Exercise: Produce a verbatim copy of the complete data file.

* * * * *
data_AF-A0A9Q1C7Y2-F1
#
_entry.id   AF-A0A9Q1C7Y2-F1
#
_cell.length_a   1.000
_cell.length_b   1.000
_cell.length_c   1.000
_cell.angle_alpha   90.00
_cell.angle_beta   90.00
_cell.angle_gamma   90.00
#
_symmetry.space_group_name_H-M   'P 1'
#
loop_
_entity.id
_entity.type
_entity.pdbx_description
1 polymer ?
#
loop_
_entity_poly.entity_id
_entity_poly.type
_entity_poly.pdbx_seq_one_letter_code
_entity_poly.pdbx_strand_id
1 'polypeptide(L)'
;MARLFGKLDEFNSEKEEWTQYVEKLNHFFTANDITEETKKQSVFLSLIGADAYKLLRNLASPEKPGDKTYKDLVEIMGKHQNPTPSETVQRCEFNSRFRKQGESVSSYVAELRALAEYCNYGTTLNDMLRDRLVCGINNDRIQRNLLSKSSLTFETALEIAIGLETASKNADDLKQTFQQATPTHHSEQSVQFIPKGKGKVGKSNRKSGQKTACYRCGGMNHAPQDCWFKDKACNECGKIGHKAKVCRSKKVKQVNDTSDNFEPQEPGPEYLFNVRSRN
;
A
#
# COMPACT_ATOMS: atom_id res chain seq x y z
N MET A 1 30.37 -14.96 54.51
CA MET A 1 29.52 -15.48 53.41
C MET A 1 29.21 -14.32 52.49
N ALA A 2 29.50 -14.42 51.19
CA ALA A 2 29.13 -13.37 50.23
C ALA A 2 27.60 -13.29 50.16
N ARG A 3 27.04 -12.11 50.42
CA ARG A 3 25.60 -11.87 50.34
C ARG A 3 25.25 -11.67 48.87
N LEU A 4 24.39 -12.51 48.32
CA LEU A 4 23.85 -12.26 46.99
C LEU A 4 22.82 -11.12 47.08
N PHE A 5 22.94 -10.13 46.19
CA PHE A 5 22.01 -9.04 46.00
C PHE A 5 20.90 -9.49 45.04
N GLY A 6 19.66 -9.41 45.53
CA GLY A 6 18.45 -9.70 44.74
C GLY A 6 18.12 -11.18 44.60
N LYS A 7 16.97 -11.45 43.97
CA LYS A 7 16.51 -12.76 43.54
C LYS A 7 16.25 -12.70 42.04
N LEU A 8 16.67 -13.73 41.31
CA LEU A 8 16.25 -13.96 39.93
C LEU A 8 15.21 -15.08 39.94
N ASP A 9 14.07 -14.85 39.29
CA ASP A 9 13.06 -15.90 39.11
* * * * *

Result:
data_AF-A0A9Q1C7Y2-F1
#
_entry.id   AF-A0A9Q1C7Y2-F1
#
_cell.length_a   1.000
_cell.length_b   1.000
_cell.length_c   1.000
_cell.angle_alpha   90.00
_cell.angle_beta   90.00
_cell.angle_gamma   90.00
#
_symmetry.space_group_name_H-M   'P 1'
#
loop_
_entity.id
_entity.type
_entity.pdbx_description
1 polymer ?
#
loop_
_entity_poly.entity_id
_entity_poly.type
_entity_poly.pdbx_seq_one_letter_code
_entity_poly.pdbx_strand_id
1 'polypeptide(L)'
;MARLFGKLDEFNSEKEEWTQYVEKLNHFFTANDITEETKKQSVFLSLIGADAYKLLRNLASPEKPGDKTYKDLVEIMGKHQNPTPSETVQRCEFNSRFRKQGESVSSYVAELRALAEYCNYGTTLNDMLRDRLVCGINNDRIQRNLLSKSSLTFETALEIAIGLETASKNADDLKQTFQQATPTHHSEQSVQFIPKGKGKVGKSNRKSGQKTACYRCGGMNHAPQDCWFKDKACNECGKIGHKAKVCRSKKVKQVNDTSDNFEPQEPGPEYLFNVRSRN
;
A
#
# COMPACT_ATOMS: atom_id res chain seq x y z
N MET A 1 30.37 -14.96 54.51
CA MET A 1 29.52 -15.48 53.41
C MET A 1 29.21 -14.32 52.49
N ALA A 2 29.50 -14.42 51.19
CA ALA A 2 29.13 -13.37 50.23
C ALA A 2 27.60 -13.29 50.16
N ARG A 3 27.04 -12.11 50.42
CA ARG A 3 25.60 -11.87 50.34
C ARG A 3 25.25 -11.67 48.87
N LEU A 4 24.39 -12.51 48.32
CA LEU A 4 23.85 -12.26 46.99
C LEU A 4 22.82 -11.12 47.08
N PHE A 5 22.94 -10.13 46.19
CA PHE A 5 22.01 -9.04 46.00
C PHE A 5 20.90 -9.49 45.04
N GLY A 6 19.66 -9.41 45.53
CA GLY A 6 18.45 -9.70 44.74
C GLY A 6 18.12 -11.18 44.60
N LYS A 7 16.97 -11.45 43.97
CA LYS A 7 16.51 -12.76 43.54
C LYS A 7 16.25 -12.70 42.04
N LEU A 8 16.67 -13.73 41.31
CA LEU A 8 16.25 -13.96 39.93
C LEU A 8 15.21 -15.08 39.94
N ASP A 9 14.07 -14.85 39.29
CA ASP A 9 13.06 -15.90 39.11